August 14, 2022

Volume XII, Number 226


August 12, 2022

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August 11, 2022

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ICO Issues Record £20 Million Fine To British Airways

The UK Information Commissioner’s Office (ICO) has fined British Airways £20 million, the ICO’s largest fine to date, for failing to protect the personal and financial details of more than 400,000 of its customers.

In a statement published online on 16 October 2020, the ICO stated that its investigation had found that British Airways was “processing a significant amount of personal data without adequate security measures in place”. This failure is said to have breached data protection laws and, subsequently, the airline was the subject of a cyberattack in 2018, which was not detected for more than two months.

The cyberattack in 2018 involved user traffic to the airline’s website being diverted to a fraudulent website, where the personal data of approximately 429,612 customers and staff was harvested, which included names, addresses, payment card numbers and CVV numbers.

The ICO’s investigation found that the airline ought to have identified and resolved “weaknesses” in its security, and that addressing these security issues would have prevented the 2018 cyberattack. In particular, the ICO noted that British Airways could have used a number of security measures to mitigate or prevent the attack, including:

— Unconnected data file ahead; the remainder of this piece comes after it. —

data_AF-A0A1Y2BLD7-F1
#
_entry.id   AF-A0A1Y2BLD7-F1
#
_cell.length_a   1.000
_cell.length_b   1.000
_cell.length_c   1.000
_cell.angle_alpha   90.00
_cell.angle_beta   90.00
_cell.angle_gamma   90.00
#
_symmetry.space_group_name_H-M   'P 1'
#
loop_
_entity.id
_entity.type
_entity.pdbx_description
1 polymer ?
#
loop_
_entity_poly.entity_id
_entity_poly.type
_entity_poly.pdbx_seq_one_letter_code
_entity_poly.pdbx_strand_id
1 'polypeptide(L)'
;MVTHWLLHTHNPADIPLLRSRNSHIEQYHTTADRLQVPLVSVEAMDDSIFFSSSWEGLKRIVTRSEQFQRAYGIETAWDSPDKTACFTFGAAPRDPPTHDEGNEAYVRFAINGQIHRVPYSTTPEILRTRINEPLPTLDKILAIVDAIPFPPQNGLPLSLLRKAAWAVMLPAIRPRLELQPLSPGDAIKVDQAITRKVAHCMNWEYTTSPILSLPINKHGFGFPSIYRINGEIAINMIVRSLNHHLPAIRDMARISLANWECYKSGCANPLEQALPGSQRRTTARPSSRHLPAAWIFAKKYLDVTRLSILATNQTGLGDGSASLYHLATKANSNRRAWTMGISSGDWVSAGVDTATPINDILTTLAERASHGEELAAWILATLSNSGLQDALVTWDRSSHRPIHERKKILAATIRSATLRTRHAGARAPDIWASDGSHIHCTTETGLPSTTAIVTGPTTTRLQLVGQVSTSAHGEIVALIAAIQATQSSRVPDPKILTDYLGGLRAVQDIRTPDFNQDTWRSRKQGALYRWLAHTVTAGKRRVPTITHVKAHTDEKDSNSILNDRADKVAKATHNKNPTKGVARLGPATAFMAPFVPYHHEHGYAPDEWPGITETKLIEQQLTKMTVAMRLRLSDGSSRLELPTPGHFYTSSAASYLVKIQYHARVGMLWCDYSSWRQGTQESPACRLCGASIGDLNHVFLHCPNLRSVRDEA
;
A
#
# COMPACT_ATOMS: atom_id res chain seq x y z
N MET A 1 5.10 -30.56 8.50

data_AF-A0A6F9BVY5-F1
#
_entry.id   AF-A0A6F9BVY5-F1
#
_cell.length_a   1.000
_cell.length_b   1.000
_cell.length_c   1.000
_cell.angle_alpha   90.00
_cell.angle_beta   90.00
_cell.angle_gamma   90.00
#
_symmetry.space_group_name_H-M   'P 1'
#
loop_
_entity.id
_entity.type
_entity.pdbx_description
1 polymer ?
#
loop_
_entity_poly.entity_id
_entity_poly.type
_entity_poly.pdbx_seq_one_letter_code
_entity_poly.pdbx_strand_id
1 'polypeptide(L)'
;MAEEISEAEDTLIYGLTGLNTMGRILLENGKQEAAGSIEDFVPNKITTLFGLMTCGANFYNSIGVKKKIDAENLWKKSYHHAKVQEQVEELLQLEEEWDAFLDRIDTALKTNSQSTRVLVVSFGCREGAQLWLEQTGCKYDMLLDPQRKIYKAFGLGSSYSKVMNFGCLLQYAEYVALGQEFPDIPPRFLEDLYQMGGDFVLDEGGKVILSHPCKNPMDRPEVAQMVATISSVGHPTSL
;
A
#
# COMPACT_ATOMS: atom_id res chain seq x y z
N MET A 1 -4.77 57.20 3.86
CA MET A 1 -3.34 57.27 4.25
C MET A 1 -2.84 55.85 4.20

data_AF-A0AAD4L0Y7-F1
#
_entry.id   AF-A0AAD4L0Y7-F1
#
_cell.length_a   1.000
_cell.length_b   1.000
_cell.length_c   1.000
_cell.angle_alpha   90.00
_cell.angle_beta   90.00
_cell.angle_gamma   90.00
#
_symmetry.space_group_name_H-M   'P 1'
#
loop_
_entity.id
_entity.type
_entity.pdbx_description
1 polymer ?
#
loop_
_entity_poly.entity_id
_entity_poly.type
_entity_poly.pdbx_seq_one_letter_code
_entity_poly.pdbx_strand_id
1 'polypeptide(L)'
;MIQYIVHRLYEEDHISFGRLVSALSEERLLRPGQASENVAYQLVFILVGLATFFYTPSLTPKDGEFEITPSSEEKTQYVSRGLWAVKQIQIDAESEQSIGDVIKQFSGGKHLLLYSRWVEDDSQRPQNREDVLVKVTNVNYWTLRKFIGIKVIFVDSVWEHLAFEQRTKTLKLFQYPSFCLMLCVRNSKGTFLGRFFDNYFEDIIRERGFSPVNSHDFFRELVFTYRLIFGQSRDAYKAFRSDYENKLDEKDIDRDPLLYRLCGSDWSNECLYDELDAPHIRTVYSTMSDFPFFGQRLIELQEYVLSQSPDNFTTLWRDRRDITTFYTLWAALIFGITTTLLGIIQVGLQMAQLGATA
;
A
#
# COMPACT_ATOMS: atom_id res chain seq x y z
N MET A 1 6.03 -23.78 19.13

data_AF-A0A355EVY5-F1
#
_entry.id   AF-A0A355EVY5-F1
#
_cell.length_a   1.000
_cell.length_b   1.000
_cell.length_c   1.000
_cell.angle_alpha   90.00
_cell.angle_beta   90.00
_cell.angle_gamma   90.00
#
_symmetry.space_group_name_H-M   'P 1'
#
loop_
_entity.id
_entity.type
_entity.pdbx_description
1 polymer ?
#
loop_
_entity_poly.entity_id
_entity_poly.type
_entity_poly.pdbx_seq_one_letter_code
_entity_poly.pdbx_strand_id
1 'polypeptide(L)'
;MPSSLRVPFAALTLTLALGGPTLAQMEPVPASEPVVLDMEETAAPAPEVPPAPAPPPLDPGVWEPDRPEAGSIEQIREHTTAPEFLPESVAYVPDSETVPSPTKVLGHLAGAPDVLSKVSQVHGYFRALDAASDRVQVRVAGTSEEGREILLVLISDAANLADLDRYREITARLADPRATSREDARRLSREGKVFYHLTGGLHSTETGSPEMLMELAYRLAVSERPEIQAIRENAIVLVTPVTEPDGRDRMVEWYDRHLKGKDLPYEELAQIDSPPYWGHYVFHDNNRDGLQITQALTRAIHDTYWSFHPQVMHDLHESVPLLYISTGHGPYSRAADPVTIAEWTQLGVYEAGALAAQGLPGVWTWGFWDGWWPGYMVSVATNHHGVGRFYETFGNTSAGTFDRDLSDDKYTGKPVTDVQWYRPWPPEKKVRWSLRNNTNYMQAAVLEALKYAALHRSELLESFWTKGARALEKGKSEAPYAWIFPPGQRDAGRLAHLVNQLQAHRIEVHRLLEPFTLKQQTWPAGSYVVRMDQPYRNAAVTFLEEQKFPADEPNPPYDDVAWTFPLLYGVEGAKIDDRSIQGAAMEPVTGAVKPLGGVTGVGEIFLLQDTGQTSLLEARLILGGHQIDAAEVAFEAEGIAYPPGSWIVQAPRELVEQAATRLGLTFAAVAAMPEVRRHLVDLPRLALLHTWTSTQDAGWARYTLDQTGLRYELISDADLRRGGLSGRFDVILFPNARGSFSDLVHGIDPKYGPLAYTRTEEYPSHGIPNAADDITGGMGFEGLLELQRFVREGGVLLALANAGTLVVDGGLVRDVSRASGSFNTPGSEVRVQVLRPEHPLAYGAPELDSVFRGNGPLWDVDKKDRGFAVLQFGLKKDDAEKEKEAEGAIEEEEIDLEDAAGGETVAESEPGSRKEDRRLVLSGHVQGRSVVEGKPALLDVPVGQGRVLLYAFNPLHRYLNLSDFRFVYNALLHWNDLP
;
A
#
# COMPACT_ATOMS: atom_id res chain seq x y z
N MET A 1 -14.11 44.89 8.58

• limiting access to applications, data and tools to only that which are required to fulfil a user’s role;

  • undertaking rigorous testing on the business’ systems; and

  • protecting employee and third party accounts with multi-factor authentication.

Although the ICO had planned to fine the airline nearly £184 million in its notice of intention last year, the reduced penalty is in light of British Airways improving its security systems since the attack as well as the impacts of COVID-19 on the airline industry.

We have seen a number of data breaches recently where personal data of large customer bases has been compromised. They demonstrate that simple security measures, such as administrative controls and multi-factor authentication, can be your best defence in preventing future cyberattacks (and large fines!).

Copyright 2022 K & L GatesNational Law Review, Volume X, Number 293

About this Author

Cameron Abbott, Technology, Attorney, Australia, corporate, KL Gates Law Firm

Mr. Abbott is a corporate lawyer who focuses on technology, telecommunications and broadcasting transactions. He assists corporations and vendors in managing their technology requirements and contracts, particularly large outsourcing and technology procurements issues including licensing terms for SAP and Oracle and major system integration transactions.

Mr. Abbott partners with his clients to ensure market leading solutions are implemented in to their businesses. He concentrates on managing and negotiating complex technology solutions, which...

Rebecca Gill Commercial Technology and Sourcing Lawyer Melbourne K&L Gates

Ms. Gill is a lawyer in our Corporate and Transactional team at the Melbourne office.

Primary Practice

Commercial Technology and Sourcing


  • J.D., Melbourne School of Law University of Melbourne, 2018
  • B.A., University of Melbourne, 2014
  • Certificate I in Vocational Preparation, Australian Employment and Training Solutions, 2014